Music is great to add more interest to a show – as a unique show opening theme; to convey an emotion, or create a montage. Music incorporated with video and film can portray expressions that can’t be shown with images alone (for example its use in drama and films), and can be used in factual and documentary programmes to connect and unify a variety of different scenes in perhaps different locations.
Getting Music for a Show
Contact local bands or music department students as they will likely be keen to help. The benefit of this is that your show will have a unique tailored soundtrack, and you will not have to worry about infringing copyright laws or paying royalties (which can be very expensive).
Free Music Online
Other than using local composers and musicians (which come with many benefits as above), the internet provides many further free resources (although not necessary of the same high quality) which are downloadable for free and royalty-free. Remember to always check the licence agreement of the sound before using it in your show – sometimes attribution to the original author is required, or it may not allow use in a ‘derivative work’, which can include videos. If you are unsure, it is better to find another. Below are links to some of these websites to save you time searching online:
http://musopen.org/music (very classically-orientated, but good to take a look)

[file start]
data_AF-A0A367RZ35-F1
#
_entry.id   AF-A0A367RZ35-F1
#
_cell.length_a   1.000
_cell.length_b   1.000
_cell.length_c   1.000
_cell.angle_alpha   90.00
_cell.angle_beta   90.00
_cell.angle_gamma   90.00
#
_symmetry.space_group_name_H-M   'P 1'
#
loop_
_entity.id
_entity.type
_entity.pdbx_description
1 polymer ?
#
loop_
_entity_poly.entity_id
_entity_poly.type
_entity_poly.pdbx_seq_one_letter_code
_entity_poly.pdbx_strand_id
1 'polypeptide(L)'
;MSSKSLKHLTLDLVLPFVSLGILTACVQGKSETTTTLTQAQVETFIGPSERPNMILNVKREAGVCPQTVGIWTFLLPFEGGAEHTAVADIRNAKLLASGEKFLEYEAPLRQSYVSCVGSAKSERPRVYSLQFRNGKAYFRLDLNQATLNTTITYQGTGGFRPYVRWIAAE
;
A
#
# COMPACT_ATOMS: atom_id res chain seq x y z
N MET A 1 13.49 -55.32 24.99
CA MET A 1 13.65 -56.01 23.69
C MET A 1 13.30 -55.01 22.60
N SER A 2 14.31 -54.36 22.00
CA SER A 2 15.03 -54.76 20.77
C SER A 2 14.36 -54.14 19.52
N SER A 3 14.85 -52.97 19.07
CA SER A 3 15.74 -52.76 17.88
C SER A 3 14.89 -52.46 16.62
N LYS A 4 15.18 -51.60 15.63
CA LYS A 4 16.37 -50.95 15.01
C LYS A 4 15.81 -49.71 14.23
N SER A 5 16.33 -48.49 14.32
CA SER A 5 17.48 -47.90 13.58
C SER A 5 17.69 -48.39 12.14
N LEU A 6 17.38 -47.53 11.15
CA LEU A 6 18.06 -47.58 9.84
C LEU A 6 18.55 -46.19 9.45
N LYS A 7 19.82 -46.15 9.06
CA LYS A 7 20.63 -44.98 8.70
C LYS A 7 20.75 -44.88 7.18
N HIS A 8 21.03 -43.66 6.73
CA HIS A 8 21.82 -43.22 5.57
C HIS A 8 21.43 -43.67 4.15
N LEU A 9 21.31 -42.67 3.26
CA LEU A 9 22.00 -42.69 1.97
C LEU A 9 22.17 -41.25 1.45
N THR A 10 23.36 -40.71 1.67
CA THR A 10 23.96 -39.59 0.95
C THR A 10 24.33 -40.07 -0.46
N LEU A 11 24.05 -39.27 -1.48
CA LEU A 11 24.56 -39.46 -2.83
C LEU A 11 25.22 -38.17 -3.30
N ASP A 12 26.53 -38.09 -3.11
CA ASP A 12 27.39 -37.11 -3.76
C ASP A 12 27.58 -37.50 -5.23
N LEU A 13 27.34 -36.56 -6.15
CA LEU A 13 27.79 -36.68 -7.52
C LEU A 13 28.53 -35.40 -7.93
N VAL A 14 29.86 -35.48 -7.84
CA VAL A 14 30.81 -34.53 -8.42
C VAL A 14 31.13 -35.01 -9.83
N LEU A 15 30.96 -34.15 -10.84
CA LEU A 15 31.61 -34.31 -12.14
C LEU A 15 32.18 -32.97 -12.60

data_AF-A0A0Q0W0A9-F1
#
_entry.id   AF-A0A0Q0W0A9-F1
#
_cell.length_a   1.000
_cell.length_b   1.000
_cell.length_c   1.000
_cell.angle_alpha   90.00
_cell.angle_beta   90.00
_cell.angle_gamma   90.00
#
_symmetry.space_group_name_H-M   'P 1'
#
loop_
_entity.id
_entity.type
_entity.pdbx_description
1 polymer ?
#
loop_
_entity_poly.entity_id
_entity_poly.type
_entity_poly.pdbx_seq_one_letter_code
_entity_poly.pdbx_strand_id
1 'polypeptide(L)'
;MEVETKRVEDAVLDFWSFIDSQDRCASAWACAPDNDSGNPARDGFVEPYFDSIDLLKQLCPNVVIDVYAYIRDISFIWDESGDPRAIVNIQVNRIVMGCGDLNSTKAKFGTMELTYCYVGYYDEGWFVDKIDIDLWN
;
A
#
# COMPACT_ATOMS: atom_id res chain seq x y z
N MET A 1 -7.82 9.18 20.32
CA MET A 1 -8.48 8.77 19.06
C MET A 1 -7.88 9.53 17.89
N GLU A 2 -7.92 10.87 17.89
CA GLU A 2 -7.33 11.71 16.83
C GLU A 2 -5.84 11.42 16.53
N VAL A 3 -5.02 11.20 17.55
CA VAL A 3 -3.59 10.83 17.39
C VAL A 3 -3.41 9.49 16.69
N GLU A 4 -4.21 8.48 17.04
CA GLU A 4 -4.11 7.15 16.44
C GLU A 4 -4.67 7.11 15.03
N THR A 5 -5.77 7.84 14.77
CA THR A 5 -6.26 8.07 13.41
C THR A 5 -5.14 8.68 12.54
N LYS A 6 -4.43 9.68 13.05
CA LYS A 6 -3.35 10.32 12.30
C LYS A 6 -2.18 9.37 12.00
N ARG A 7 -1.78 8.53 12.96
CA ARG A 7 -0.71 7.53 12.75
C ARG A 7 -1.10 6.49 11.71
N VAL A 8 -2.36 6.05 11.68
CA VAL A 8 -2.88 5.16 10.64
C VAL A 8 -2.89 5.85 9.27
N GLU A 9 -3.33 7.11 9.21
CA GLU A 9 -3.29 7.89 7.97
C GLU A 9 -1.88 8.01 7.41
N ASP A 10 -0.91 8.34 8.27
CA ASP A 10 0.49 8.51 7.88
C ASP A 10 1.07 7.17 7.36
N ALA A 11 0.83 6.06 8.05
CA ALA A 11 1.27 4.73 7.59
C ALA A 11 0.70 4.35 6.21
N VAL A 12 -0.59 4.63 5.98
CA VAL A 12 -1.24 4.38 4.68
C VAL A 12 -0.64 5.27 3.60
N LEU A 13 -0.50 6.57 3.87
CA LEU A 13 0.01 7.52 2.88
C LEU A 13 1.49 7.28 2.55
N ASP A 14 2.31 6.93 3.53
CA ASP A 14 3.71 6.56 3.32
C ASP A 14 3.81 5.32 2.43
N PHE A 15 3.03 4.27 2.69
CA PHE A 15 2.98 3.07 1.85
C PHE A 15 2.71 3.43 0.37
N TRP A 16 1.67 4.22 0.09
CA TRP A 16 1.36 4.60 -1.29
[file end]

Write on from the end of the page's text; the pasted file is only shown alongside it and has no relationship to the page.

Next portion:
http://www.freesound.org (great resource - useful for sound effects more so than music)
The use of music varies depending on programme content, and do not assume simply adding an audio track will give the best effect. It is good practice to consider how the sound will benefit and express more from the video than the visuals alone can achieve.
A good composer will always create better results than that of layering audio tracks in an editing suite, because the music will be unique to the pictures, assisting in telling the individual story of the images. This is particularly true for dramas, but less relevant for other genres. In these, the priority is to convey the relevant emotion, or create unity throughout different scenes.
Do not be scared of using music in a creative way – experimenting is the best way to find out what works well. There are no rules, and if as long as it sounds good, that is all that matters!
Be careful with overusing music – it can get monotonous if used continuously. Allowing moments of silence can be much more effective in places. It is good to consider that a video is not only images, and that the audio is effective in further telling a story and adding a new dimension.
Just because you may have paid for a CD does not mean that you are allowed to broadcast or use the music in a video. Royalties are money which are paid to the musician or publisher each time the work is shown, and are frequently thousands of pounds for popular songs and works - so best to be avoided. If a particular artist or music style are integral to your show, it is possible to ask a musician (music department or band for example) and they may be able to compose something similar but not the same, thereby avoiding any copyright or royalty issues.
Royalty-free music does not have to be paid each time it is played. It is not necessarily free to purchase (you can buy these on CDs), but some resources on the internet are. These do not incur additional fees to perform or broadcast, but always check the licence agreement prior to be sure.